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  Canada's Previous Drug Laws (before the Controlled Drugs and Substances Act came into force in May 1997)  

Canada's previous drug laws -- the Narcotic Control Act and the Food and Drugs Act -- were enacted by the Parliament of Canada. These were federal laws that applied across Canada. They prohibited activities such as possession, possession for the purpose of trafficking, trafficking, importing and exporting and cultivation. The Controlled Drugs and Substances Act completely repealed (replaced) the Narcotic Control Act and repealed parts III and IV of the Food and Drugs Act.

Canada's main criminal law, the Criminal Code, contains further provisions dealing with drug paraphernalia. These Criminal Code provisions remain in force; they were not replaced by the Controlled Drugs and Substances Act.


Narcotic Control Act (completely repealed by the Controlled Drugs and Substances Act )

The Narcotic Control Act covers drugs such as heroin, cocaine and cannabis, calling them "narcotics". The Act prohibits several activities:

    . possession of a "narcotic" covered by the Act

    . possession for the purpose of trafficking

    . trafficking

    . cultivating

    . importing, and

    . exporting.

Possession: Section 3 prohibits the possession of a narcotic. If the prosecutor decides to prosecute the offence as an indictableSee footnote 1 offence, the maximum penalty is 7 years imprisonment. If the prosecutor decides to prosecute the offence as a summary convictionSee footnote 1 offence, the maximum penalty for the first offence is 6 months imprisonment or a $1000 fine, or both. The maximum penalty for any subsequent offence is one year imprisonment or a $2000 fine, or both.

Possession for the purposes of trafficking and trafficking: Section 4 prohibits the trafficking of a narcotic or the possession of a narcotic for the purposes of trafficking. The maximum penalty is imprisonment for life. Section 2 of the Act defines "traffic" to mean:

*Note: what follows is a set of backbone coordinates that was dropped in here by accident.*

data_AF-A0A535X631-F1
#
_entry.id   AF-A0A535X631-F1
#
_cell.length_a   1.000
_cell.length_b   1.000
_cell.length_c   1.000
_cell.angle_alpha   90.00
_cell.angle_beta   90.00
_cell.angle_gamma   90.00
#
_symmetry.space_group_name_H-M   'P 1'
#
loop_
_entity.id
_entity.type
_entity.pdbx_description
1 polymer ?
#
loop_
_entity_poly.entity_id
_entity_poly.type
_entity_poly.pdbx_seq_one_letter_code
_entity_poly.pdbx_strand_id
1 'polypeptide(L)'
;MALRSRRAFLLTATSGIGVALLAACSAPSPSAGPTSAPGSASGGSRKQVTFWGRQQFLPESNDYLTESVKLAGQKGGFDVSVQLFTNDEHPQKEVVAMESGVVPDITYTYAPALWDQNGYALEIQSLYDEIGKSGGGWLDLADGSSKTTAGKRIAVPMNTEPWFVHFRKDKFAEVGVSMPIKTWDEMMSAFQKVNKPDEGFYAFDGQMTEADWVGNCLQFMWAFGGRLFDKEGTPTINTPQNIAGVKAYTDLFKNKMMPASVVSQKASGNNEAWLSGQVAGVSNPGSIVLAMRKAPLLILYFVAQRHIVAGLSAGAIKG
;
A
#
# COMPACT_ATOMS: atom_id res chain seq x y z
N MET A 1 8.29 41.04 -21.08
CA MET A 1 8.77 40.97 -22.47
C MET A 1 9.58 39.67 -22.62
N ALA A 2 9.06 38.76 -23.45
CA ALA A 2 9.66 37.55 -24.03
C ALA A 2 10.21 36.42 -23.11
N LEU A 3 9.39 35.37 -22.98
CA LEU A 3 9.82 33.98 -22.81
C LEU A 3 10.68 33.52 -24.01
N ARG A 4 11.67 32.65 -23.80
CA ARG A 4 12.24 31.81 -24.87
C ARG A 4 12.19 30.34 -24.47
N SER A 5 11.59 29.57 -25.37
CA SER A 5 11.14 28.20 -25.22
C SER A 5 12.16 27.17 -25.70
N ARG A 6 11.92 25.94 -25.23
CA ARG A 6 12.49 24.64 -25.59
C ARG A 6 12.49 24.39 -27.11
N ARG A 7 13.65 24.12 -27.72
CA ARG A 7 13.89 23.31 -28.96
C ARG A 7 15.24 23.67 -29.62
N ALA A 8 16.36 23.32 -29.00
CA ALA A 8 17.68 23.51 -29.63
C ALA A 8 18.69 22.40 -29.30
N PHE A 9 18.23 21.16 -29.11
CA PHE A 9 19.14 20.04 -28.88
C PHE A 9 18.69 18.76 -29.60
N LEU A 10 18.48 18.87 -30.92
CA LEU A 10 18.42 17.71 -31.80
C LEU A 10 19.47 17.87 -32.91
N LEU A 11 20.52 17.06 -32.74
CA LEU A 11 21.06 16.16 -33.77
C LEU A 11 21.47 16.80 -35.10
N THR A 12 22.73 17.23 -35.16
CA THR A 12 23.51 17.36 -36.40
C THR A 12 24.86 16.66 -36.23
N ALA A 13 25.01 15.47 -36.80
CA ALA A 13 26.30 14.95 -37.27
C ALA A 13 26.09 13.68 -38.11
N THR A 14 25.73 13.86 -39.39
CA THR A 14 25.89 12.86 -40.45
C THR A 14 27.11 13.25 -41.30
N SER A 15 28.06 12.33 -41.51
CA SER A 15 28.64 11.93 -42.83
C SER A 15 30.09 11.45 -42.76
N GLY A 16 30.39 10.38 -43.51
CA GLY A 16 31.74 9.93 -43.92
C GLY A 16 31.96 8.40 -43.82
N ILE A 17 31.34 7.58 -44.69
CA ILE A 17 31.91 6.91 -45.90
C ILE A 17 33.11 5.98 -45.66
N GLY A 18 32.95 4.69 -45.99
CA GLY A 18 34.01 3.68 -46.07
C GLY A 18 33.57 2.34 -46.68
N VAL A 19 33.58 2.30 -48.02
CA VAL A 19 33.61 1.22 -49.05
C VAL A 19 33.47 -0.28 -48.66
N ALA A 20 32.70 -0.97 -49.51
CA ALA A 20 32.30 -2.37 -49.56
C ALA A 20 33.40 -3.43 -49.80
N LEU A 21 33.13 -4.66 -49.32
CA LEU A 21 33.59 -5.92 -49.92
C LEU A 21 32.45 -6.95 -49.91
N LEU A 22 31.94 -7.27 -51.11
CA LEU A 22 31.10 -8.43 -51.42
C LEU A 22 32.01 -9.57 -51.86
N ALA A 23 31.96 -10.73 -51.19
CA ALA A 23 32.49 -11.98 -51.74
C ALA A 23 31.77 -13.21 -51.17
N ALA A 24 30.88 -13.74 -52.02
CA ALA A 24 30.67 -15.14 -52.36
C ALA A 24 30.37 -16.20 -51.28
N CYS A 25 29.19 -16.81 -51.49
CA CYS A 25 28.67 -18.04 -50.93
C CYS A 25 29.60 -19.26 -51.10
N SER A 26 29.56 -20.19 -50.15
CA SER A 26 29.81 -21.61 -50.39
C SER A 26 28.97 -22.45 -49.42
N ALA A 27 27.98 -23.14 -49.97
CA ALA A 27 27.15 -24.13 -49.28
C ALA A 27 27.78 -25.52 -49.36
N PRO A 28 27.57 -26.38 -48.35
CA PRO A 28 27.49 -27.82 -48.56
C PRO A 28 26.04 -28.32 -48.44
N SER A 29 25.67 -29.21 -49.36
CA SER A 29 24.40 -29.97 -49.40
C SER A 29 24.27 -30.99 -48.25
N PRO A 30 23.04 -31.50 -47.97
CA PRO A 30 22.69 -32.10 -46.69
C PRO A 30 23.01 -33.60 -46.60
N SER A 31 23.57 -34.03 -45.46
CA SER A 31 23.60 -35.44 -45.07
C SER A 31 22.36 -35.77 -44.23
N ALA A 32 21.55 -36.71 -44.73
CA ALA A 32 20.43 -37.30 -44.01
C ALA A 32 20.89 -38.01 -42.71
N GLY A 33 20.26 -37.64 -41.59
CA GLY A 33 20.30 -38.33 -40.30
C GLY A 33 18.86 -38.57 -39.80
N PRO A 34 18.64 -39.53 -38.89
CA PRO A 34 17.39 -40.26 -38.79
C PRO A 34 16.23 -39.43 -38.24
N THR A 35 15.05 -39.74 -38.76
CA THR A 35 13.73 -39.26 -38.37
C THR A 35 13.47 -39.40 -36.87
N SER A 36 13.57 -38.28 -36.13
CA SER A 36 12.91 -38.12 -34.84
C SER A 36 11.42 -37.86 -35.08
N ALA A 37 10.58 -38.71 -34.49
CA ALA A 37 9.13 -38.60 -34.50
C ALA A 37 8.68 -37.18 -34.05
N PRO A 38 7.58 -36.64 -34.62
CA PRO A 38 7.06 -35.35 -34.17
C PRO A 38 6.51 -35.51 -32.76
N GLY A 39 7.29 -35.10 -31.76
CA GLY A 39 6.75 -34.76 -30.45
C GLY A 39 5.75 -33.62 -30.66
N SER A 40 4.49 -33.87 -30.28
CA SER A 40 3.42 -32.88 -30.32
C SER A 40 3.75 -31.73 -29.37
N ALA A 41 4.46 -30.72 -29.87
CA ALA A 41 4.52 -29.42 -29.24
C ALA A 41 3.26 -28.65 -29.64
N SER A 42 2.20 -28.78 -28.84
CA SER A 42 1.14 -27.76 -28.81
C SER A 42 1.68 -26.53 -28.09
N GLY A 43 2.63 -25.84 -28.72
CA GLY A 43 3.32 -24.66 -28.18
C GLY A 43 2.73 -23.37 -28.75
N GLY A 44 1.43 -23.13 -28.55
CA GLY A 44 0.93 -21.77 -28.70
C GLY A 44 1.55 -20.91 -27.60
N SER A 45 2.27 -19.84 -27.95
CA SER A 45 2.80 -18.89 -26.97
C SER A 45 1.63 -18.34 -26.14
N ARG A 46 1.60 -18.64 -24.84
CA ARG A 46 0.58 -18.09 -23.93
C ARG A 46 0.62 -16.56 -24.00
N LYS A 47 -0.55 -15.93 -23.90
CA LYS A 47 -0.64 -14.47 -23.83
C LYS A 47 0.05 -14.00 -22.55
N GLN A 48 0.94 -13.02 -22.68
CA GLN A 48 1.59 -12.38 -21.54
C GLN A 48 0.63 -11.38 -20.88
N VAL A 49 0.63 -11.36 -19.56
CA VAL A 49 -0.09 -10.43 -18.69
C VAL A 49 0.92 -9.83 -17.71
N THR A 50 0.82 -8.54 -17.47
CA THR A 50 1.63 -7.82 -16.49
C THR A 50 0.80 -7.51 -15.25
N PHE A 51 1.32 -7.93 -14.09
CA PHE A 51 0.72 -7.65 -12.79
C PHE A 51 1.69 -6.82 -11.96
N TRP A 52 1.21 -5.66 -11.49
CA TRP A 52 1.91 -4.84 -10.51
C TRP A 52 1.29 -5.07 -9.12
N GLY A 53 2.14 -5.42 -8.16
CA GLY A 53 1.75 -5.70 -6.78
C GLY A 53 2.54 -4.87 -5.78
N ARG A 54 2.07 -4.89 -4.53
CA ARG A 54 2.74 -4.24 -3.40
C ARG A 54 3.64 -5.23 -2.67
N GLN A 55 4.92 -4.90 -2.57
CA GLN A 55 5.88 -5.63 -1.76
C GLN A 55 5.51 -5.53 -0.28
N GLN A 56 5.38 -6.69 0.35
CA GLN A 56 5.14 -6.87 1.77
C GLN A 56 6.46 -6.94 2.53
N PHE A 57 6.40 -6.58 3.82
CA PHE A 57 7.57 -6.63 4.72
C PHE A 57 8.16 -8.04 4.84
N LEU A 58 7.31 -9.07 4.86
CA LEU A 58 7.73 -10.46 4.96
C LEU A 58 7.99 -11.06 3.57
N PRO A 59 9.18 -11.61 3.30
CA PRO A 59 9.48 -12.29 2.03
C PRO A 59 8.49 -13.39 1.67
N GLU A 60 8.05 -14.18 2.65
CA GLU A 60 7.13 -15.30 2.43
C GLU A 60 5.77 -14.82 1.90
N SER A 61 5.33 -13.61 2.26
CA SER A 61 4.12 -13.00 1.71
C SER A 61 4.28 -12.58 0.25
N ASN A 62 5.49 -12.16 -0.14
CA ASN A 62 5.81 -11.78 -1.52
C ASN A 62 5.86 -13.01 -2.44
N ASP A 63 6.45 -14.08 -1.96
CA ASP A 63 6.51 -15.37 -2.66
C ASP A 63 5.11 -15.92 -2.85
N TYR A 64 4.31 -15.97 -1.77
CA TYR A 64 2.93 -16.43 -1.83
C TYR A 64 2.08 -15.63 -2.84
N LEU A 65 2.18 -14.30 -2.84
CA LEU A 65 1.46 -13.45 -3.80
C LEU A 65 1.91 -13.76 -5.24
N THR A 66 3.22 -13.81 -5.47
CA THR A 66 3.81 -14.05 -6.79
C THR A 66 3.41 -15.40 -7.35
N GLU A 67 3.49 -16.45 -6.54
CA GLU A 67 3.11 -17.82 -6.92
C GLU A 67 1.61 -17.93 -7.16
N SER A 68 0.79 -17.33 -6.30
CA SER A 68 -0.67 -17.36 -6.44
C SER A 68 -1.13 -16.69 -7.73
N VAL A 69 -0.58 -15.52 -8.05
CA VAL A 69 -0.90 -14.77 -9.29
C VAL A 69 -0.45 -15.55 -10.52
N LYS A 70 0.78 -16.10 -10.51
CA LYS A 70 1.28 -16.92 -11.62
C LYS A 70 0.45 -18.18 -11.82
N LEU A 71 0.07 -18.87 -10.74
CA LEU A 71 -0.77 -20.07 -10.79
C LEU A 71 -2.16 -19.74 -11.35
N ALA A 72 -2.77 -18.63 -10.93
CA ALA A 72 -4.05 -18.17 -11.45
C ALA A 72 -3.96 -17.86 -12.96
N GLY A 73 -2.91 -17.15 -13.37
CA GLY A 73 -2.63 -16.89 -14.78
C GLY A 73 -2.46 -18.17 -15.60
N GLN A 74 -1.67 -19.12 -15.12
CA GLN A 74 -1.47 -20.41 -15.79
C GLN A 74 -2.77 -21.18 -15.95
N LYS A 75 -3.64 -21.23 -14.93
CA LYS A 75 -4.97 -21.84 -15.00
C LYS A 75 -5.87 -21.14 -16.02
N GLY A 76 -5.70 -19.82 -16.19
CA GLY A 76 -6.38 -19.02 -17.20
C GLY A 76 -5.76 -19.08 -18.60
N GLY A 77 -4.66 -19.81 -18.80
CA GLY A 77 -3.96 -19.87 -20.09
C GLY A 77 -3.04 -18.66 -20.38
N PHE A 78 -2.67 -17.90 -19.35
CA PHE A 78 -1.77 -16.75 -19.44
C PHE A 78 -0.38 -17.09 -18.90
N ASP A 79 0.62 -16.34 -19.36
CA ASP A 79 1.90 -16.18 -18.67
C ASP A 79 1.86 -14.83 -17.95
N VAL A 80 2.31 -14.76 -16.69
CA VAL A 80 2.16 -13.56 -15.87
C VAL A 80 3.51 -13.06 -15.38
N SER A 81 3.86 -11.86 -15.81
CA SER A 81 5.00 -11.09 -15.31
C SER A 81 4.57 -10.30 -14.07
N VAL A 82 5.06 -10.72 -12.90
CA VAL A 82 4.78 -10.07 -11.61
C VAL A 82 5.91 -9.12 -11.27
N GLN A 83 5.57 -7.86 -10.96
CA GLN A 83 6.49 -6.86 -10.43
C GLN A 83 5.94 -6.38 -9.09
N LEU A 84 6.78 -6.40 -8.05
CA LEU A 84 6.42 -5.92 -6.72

(a) to manufacture, sell, give, administer, transport, send, deliver or distribute, or

    (b) to offer to do anything referred to in paragraph (a).

Trafficking therefore covers a wide range of activities that a person might not normally think of as "trafficking" -- even delivering a small package of marijuana to a friend for no money.

Importing or exporting: Section 5 prohibits importing or exporting a narcotic. This is an indictable offence with a maximum penalty of life imprisonment. The section states that the minimum penalty is 7 years imprisonment, but in 1987 the Supreme Court of Canada held that the minimum penalty was a cruel and unusual punishment and thus unconstitutional.

Cultivation: Section 6 prohibits the growing of opium or marihuana without a federal licence. This is an indictable offence, and the penalty is imprisonment for no more than 7 years.

Possession of proceeds of a drug offence: Section 19.1 prohibits the possession in Canada of property or money which was obtained directly or indirectly from the commission of an offence under section 4, 5, or 6 of this Act anywhere in the world. If the value of the property or money is more than $1000, the penalty is no more than 10 years imprisonment. If the value of the property or money is less than $1000, this is a hybrid offence; the penalty is imprisonment for no more than 2 years if the prosecutor prosecutes the offence as an indictable offence, or no more than 6 months imprisonment or a fine of no more than $2000, or both, if the prosecutor treats the offence as a summary conviction offence.

"Laundering" of proceeds of a drug offence: Section 19.23 prohibits the laundering in Canada of money obtained from the commission of an offence under section 4, 5, or 6 anywhere in the world. This is a hybrid offence. The penalty is imprisonment for no more than 10 years if the prosecutor prosecutes the offence as an indictable offence, or no more than 6 months imprisonment or a fine of no more than $2000, or both, if the prosecutor treats the offence as a summary conviction offence.


Food and Drugs Act (parts III and IV were repealed by the Controlled Drugs and Substances Act)

Controlled Drugs

Part III of the Act deals with "Controlled Drugs". A controlled drug is any drug listed in Schedule G of the Act. Such drugs include amphetamine, methamphetamine and testosterone.

It is not illegal to possess a controlled drug, unless the possession is for the purpose of trafficking.

Possession for the purpose of trafficking and trafficking: Section 39 prohibits both the trafficking of any controlled drug and the possession of any controlled drug for the purpose of trafficking. This is a hybrid offence. The maximum penalty is imprisonment for no more than 10 years on indictment, or 18 months on summary conviction.